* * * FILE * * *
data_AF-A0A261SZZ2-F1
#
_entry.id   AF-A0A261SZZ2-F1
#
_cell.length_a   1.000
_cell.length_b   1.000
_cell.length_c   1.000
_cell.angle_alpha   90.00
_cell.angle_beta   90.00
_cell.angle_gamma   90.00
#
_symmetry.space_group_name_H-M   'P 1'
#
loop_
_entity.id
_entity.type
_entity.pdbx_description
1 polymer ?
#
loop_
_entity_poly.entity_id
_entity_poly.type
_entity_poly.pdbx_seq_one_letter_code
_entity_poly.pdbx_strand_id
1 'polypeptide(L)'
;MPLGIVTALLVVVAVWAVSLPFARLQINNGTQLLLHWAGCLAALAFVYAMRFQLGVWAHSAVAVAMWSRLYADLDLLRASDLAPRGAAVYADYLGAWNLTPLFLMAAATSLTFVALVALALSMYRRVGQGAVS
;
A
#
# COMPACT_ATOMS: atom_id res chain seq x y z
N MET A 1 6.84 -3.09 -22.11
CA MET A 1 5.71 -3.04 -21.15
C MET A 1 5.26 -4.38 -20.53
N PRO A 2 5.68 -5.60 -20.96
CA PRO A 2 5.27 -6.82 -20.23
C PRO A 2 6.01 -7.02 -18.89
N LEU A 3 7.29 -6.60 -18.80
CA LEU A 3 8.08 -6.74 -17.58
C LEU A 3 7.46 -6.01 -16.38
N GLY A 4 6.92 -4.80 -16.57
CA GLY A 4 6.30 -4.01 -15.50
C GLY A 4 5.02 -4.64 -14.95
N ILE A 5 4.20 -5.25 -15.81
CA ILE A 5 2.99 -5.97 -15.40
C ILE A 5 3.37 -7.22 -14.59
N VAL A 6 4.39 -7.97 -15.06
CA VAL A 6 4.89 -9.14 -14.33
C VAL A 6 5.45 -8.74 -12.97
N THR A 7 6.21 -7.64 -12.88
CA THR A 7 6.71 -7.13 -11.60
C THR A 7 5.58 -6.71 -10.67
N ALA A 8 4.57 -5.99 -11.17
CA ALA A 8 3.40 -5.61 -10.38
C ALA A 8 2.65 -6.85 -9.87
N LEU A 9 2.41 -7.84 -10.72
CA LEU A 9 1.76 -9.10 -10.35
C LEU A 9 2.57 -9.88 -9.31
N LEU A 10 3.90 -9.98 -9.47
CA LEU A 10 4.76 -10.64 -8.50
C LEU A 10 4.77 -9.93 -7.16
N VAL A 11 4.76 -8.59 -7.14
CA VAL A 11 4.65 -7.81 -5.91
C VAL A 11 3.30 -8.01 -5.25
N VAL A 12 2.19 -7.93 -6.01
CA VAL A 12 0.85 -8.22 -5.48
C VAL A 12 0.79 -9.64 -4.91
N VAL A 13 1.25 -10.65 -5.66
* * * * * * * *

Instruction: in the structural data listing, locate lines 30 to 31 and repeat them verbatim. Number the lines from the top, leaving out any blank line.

# COMPACT_ATOMS: atom_id res chain seq x y z
N MET A 1 6.84 -3.09 -22.11